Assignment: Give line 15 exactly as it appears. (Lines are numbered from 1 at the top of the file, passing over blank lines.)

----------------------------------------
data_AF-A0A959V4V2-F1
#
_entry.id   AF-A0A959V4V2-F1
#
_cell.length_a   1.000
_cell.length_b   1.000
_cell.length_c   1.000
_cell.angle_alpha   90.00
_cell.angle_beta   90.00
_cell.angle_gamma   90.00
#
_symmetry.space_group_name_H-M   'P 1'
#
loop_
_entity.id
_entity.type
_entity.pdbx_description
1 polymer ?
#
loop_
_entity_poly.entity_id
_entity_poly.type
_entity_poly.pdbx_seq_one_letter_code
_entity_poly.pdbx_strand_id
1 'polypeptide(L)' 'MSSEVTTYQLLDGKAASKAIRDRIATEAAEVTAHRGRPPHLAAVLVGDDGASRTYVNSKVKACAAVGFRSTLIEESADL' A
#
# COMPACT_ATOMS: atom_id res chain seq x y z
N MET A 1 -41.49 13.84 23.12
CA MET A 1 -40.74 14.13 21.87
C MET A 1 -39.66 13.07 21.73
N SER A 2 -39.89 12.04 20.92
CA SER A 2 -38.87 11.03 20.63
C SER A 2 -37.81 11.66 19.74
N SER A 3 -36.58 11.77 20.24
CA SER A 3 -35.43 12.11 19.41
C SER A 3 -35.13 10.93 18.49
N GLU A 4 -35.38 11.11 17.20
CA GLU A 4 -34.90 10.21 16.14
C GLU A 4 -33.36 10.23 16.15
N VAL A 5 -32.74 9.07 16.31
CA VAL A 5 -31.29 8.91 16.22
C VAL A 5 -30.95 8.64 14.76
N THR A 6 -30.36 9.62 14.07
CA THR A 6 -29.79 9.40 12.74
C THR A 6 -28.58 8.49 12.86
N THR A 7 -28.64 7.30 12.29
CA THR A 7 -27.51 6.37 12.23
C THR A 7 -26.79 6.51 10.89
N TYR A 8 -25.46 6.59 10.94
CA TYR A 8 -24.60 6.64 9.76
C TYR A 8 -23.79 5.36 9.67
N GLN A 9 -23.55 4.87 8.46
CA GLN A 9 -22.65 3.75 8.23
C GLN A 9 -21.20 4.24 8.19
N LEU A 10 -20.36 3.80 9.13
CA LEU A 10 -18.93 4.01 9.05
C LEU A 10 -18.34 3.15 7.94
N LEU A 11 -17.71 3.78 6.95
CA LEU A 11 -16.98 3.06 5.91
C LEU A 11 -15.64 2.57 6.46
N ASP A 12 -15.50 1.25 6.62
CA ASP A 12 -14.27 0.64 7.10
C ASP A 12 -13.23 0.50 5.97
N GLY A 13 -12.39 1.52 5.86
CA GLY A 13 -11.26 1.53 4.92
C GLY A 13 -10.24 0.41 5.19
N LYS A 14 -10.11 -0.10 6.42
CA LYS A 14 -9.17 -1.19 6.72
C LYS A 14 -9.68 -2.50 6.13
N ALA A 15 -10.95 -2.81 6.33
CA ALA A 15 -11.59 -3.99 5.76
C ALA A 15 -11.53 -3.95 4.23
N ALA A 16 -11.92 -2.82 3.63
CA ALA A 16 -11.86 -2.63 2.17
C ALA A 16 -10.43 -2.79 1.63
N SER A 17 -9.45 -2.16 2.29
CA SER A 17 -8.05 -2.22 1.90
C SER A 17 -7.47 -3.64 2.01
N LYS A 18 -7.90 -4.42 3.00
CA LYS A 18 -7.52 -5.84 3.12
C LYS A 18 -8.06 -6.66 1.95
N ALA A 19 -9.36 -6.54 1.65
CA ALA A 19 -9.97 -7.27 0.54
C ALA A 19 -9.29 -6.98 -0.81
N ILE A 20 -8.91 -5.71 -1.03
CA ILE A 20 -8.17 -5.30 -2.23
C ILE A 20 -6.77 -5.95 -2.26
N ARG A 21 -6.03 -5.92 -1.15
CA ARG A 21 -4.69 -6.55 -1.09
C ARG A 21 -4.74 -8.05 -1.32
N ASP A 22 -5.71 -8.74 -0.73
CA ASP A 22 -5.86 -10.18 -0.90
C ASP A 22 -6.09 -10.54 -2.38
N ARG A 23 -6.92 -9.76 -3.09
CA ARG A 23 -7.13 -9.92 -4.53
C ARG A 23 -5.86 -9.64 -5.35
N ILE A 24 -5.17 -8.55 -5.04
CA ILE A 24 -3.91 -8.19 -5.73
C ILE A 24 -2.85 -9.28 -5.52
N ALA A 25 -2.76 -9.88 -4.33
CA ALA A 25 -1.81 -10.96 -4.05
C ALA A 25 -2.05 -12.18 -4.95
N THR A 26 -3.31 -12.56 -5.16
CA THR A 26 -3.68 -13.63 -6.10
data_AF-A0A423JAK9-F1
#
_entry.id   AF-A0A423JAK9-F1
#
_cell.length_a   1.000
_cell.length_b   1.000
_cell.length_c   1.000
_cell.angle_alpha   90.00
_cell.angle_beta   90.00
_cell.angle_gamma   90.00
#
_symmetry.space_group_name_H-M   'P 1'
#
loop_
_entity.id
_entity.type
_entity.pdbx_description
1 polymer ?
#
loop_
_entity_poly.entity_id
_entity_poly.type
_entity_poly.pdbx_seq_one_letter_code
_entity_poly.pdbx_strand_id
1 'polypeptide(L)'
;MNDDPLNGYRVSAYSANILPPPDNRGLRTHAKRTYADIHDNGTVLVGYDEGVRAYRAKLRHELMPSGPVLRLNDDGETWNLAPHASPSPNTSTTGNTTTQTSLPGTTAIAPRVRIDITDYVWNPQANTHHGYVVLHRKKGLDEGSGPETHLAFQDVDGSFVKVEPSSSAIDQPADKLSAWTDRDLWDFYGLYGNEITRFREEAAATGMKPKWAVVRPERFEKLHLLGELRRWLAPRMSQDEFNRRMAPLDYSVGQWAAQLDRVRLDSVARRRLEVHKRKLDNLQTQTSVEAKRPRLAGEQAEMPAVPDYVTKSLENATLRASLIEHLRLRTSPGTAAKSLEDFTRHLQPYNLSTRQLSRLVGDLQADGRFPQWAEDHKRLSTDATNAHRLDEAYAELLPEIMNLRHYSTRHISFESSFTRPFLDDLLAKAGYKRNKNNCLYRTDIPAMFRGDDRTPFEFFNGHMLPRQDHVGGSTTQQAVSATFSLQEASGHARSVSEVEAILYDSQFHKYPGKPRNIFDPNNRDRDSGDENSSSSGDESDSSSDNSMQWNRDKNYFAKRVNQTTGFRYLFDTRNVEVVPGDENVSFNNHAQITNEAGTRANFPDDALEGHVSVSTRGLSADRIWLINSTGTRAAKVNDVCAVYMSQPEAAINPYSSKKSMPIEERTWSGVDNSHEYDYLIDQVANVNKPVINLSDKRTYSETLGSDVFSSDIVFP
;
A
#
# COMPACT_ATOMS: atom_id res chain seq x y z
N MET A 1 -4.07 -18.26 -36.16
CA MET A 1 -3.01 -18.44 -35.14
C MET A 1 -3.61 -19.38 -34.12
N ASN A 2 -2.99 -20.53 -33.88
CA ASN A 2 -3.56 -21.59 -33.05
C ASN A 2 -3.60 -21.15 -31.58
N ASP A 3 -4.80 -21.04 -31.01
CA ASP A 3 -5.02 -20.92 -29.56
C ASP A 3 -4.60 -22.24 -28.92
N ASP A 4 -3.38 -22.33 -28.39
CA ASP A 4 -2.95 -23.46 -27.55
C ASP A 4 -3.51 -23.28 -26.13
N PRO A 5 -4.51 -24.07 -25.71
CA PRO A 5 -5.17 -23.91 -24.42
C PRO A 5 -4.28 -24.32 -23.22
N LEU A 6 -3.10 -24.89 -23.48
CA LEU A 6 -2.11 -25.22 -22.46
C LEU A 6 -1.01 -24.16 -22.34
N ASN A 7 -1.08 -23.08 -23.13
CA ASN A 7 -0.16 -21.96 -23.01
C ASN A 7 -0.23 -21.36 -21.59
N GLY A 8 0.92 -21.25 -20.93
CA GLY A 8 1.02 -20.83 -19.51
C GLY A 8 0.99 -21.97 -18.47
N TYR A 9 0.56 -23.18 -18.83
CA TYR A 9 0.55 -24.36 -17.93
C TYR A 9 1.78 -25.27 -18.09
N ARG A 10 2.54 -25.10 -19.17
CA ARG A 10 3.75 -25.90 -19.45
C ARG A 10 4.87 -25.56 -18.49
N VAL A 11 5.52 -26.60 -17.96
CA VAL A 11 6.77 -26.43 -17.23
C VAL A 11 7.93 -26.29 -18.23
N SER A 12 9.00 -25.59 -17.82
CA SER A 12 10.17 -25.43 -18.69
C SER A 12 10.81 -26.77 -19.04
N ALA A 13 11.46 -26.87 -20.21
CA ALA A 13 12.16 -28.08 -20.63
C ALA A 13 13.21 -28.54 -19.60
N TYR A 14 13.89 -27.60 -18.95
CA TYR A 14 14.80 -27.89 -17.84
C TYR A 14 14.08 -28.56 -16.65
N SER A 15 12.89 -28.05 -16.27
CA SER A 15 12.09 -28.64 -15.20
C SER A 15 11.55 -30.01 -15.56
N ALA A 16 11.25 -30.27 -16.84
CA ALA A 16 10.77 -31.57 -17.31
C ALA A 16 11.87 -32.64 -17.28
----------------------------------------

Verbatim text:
_entity.id